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Loren

7822 posts in 2394 days


#8 posted 12-27-2012 12:24 AM

You can cut open grooves before you cut the
dovetails. Then, instead of a dovetail at the bottom,
you make a pair of little box joints just the thickness
of the material left over after the groove is cut. In
a box with 1/2” sides and a 1/4” deep x 1/4” wide
groove for the bottom set 1/4” up from the bottom,
you would cut a pair of little square 1/4” box
joints at each corner.

You can miter the corner too.

-- http://lawoodworking.com

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RogerM

458 posts in 1146 days


#9 posted 12-27-2012 12:30 AM

Stopped dadoes using the router table (1/4” or 1/8” bit)

-- Roger M, Aiken, SC

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teejk

1215 posts in 1431 days


#10 posted 12-27-2012 12:53 AM

I get scared dropping anything onto a moving cutter. so I opt for overhand plunge router with a fence attachment to make “stopped” dados. or plan the dovetail pins/tails so that a straight dado will not be seen.

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nwbusa

1017 posts in 1033 days


#11 posted 12-27-2012 01:03 AM

Dry fit the sides and then hand route using a slot cutting bit:

http://www.leevalley.com/en/Wood/page.aspx?p=47818&cat=1,46168,69435,46176&ap=1

-- John, BC, Canada

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gfadvm

11501 posts in 1437 days


#12 posted 12-27-2012 03:28 AM

I use stopped dados on the router table for all my box jointed boxes. Stop blocks mount on my fence. Route your dados 1/8” deep on the first pass, then deepen to final depth with 1 or 2 more passes. Much more controllable when dropping the workpiece down onto the bit with a shallow cut. I tried the drill holes at either end of the cut and I never got the cut lined up perfectly with the drill holes. Worked but it bugged me. A spiral bit also seems more controllable that a straight bit in my hands.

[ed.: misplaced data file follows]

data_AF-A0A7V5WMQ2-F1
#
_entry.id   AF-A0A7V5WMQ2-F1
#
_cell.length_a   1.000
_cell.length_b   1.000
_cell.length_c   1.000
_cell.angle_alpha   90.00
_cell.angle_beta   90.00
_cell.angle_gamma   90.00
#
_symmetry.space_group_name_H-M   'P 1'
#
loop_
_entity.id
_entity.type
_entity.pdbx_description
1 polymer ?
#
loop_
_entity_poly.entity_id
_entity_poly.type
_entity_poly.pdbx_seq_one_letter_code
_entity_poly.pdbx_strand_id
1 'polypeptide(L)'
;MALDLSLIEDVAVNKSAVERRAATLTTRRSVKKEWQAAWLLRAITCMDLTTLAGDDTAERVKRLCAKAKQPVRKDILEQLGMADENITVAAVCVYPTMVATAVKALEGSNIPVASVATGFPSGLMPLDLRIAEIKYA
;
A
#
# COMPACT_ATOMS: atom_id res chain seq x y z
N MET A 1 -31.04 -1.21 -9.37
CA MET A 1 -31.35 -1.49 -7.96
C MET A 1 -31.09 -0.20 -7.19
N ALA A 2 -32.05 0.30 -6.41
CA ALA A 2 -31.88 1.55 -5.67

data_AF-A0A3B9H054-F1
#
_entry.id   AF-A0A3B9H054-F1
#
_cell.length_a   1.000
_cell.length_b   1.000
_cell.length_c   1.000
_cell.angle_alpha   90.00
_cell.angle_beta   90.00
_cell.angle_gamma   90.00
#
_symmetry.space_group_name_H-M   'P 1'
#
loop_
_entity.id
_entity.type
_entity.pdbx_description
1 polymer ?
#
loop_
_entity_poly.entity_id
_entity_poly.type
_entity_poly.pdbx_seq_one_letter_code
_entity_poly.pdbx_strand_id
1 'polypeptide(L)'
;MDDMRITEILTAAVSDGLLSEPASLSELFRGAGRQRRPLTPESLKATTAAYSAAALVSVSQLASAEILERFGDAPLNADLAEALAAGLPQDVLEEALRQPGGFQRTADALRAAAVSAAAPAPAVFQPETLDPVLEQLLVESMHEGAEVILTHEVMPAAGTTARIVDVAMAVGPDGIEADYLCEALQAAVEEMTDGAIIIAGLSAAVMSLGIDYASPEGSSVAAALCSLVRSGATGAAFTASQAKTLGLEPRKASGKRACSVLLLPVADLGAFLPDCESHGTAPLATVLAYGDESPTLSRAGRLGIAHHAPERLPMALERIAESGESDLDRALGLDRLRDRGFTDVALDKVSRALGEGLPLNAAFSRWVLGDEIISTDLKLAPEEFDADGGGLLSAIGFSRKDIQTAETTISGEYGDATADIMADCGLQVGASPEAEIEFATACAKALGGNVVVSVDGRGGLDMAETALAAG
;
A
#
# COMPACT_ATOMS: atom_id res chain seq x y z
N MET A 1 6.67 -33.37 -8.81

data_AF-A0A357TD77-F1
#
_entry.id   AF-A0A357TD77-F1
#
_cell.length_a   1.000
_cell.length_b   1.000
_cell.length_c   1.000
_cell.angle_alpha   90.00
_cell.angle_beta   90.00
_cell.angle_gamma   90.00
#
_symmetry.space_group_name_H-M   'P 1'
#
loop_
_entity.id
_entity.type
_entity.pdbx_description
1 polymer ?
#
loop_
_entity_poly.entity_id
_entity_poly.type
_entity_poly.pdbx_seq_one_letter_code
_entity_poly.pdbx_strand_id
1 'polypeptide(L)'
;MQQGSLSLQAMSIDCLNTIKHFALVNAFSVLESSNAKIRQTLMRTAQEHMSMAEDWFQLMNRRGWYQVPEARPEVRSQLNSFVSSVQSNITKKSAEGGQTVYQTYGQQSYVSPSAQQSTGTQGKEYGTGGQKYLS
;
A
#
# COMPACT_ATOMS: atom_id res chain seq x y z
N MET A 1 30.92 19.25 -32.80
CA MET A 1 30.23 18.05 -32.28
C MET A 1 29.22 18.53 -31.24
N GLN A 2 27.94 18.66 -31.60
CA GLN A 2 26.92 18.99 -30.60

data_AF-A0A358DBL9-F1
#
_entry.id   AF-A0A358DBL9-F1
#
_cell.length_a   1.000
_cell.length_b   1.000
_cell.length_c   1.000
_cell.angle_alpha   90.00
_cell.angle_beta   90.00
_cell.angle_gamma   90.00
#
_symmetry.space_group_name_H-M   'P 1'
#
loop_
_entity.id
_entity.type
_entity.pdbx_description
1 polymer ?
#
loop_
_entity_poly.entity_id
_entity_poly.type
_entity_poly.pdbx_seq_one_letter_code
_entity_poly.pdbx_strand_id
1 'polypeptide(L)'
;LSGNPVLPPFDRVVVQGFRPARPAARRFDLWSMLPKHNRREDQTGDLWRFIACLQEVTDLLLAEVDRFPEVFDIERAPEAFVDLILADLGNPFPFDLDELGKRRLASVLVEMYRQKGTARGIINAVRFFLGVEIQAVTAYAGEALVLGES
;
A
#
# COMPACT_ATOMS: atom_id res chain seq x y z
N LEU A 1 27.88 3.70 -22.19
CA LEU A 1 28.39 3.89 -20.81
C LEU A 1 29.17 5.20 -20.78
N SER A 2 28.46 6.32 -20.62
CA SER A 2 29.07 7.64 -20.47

-- " I'll try to be nicer, if you'll try to be smarter" gfadvm

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bobasaurus

1446 posts in 1931 days


#13 posted 12-27-2012 03:40 AM

John, the slot cutter on a dry fit is a nice idea, I might try it out.

gfadvm, a spiral bit would probably help the process quite a bit. I have a cheap set of MLCS carbide non-spiral bits that work okay, though I’ve somehow managed to snap the 1/4” straight bit in half when shallowly routing through pine. Is it a downspiral bit for the table-mounted slot routing, or an upspiral? I always get them confused.

-- Allen, Colorado

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gfadvm

11501 posts in 1437 days


#14 posted 12-27-2012 04:07 AM

Bob, I have some up and some down and I use them interchangably. The price scared me off these for a long time but mine are Grizzly’s and I’m happy with them (and I do a lot of tough woods)

-- " I'll try to be nicer, if you'll try to be smarter" gfadvm

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exelectrician

1753 posts in 1174 days


#15 posted 12-27-2012 04:44 AM

Or you could use your buscuit joiner and cut a series of adjoining cuts and finish the ends with a chisel.

-- Love thy neighbour as thyself